A glance at the Commission's proposed work agenda demonstrates that defendants have not described with any specificity or particularity the content of the meetings it wishes to close. For example, the schedule describes the content of the closed portion of the November 28, 1988 meeting, entitled Economic Assumptions, as "Working session on economic assumptions and treatment of social security." Def. Ex. B, at 2. The closed portion of the November 29, 1988 meeting entitled Alternative Baselines is described as "Working session on alternative baseline concepts." Id. Like descriptions exist for the meetings scheduled for November 30, December 1, December 2, December 5, December 6, and December 7. The description of the closed portions of the meetings, vague at best, does little, if anything, to enable this Court to determine, "upon the facts of each case," as Common Cause requires, whether exemption 9(B) is properly invoked by defendants.
Common Cause as well as the legislative history of the Sunshine Act make it evident that there is a presumption of openness for the Commission's meetings which can only be overcome if one of the ten narrowly-construed exemptions of the Sunshine Act applies. Defendants' approach, by contrast, appears to be a presumption of closure, rather than openness. Such an approach is impermissible. That defendants are operating under a presumption of closure is supported by the Co-Chairmen's October 13, 1988 letter to Richard Austin, Acting Administrator of the General Services Administration, requesting the closure of several meetings,
as well as the Administrator's November 3, 1988 determination that certain meetings of the Commission could be closed.
Although the fall agenda shows that closed meetings were scheduled for certain specific hours, the Co-Chairmen requested and the Administrator determined that the meetings were properly closed for time periods in excess of that set out in the Commission's written agenda. For instance, the fall schedule states that at the November 29, 1988 meeting, the working session from 1:00 PM until 5:30 PM will be closed. However, the Co-Chairmen requested and the Administrator determined that the November 29 meeting should be closed from 11:00 AM until 5:30 PM, two additional hours. The Court is unable to discern whether any discussion is planned for those two additional hours. If a discussion is planned, defendants have failed to explain why there is no description of the discussion in the agenda. If no discussion is planned, defendants have failed to explain why the additional two hours have been designated on the Administrator's determination as properly closed. Similar discrepancies are present for the meetings scheduled for November 28, November 30, December 1, and December 2. Although not determinative of the ultimate issue in this case (whether exemption 9(B) applies to the Commission's proposed meetings), this propensity to closure is indicative of defendants' overall posture in this case and supports the conclusion that defendants are asserting the broad deliberative process privilege which Common Cause specifically and unequivocally rejected.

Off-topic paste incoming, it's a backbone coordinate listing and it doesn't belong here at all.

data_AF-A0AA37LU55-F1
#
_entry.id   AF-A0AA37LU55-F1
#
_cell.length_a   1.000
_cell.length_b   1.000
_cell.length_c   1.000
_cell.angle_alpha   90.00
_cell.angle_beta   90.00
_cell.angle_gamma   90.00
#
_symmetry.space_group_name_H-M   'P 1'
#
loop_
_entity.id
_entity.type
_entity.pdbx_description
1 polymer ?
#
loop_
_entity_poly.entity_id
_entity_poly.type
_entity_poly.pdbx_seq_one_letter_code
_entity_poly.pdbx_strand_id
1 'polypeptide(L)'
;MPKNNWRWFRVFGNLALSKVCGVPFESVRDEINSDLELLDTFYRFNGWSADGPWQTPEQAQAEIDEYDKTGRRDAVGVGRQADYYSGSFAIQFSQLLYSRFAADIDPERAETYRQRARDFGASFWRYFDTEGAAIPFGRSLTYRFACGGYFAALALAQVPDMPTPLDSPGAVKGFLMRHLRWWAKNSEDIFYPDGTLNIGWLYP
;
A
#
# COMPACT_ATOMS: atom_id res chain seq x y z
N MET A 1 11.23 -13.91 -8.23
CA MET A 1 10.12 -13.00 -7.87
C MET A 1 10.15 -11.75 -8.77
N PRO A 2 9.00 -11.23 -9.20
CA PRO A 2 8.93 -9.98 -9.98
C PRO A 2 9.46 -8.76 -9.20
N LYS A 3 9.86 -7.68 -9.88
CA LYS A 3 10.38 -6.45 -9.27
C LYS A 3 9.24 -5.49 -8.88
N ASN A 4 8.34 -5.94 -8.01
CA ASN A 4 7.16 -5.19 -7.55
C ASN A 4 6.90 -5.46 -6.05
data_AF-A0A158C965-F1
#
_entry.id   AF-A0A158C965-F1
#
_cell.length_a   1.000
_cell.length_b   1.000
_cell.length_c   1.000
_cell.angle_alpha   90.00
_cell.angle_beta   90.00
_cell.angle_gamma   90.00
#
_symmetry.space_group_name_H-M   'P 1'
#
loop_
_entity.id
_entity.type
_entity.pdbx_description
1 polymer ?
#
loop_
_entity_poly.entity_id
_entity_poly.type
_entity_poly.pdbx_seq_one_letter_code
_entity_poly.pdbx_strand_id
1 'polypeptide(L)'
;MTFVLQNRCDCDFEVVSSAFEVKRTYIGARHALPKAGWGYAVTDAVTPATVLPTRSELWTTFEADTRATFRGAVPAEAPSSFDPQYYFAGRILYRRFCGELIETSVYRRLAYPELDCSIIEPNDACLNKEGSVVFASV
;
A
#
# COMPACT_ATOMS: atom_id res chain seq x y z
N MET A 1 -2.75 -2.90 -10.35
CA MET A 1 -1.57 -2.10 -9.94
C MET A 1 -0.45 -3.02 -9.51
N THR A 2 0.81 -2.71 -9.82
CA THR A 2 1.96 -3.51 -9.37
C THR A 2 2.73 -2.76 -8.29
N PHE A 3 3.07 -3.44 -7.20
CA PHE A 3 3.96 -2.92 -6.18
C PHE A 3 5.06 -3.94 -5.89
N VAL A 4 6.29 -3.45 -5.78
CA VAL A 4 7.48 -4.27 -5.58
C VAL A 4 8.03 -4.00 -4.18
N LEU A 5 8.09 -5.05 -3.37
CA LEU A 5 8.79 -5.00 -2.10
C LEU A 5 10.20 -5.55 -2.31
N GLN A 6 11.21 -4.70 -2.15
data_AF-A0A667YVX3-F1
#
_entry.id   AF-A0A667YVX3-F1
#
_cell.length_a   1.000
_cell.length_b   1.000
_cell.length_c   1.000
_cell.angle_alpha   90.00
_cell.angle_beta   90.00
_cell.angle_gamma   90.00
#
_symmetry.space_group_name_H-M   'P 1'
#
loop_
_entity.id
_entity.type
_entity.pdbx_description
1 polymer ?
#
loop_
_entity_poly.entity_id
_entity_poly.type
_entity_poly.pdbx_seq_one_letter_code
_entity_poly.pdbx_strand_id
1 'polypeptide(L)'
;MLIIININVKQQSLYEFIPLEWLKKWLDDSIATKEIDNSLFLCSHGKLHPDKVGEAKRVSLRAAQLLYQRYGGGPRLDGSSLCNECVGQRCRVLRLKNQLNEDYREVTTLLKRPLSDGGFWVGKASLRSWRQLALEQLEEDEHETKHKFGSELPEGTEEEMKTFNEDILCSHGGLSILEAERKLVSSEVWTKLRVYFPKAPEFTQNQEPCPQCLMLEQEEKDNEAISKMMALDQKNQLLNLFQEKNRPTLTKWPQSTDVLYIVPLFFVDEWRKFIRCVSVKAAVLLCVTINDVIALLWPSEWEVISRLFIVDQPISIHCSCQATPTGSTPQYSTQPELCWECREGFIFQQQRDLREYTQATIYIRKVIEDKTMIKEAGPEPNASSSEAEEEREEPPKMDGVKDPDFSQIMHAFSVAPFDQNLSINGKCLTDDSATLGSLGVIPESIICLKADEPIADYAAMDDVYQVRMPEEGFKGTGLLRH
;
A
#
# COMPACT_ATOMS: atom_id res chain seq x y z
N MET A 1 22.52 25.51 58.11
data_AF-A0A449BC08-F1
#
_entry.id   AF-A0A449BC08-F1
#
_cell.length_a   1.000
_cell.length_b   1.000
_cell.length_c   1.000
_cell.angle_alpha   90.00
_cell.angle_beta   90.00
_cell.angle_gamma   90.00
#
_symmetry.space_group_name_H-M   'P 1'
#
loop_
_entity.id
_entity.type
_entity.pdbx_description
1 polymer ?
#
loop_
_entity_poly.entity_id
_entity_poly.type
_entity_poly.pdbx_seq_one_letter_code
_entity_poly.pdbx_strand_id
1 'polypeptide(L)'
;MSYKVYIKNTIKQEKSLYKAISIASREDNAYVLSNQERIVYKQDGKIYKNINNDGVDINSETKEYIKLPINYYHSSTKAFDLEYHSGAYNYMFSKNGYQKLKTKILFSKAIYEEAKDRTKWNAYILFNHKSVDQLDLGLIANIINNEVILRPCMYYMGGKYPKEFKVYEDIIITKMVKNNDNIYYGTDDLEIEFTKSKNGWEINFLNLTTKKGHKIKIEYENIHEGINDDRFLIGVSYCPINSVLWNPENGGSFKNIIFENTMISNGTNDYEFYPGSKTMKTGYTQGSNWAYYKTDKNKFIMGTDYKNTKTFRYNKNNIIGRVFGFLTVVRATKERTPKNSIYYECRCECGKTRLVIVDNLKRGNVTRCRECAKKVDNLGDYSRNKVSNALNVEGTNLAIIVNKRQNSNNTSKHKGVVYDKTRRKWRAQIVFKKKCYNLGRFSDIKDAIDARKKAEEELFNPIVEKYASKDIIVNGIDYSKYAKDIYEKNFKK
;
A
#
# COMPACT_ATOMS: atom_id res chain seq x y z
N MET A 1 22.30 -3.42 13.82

Congress specifically made the Commission subject to FACA, which incorporates the ten exceptions of the Sunshine Act to the open meeting requirement of Section 10(a)(1) of FACA. Plaintiffs represented at the December 7, 1988 hearing on their motion for a temporary restraining order that they could envision no instance in which the Commission could properly close its meetings. Tr., at 8. Defendants maintain that this extreme position reads the ten exceptions of the Sunshine Act out of the law completely. The Court agrees with defendants that closing particularized portions of Commission meetings for discussions of specific items might be appropriate on an individualized basis and the Court's opinion therefore must not be read as holding that all meetings of the Commission, of whatever nature, must always be open to the public and that exemption 9(B) can never apply. But, the burden remains upon the defendants to establish the applicability of the narrowly construed exemption from the open meeting requirement of FACA, by demonstrating specifically the individualized and particularized basis on which they seek closure from the public. Defendants, in this case, have failed to make the showing which satisfies this burden.
Congress, a deliberative body of renown, and not a stranger to some closed meetings, could have -- had it so elected -- exempted the National Economic Commission, with its important, far-reaching mandate, from the enveloping strictures of FACA. It did not do so. Indeed, fully recognizing that the Commission's composition would be prestigious and its activities significant to the national need and the international community, ...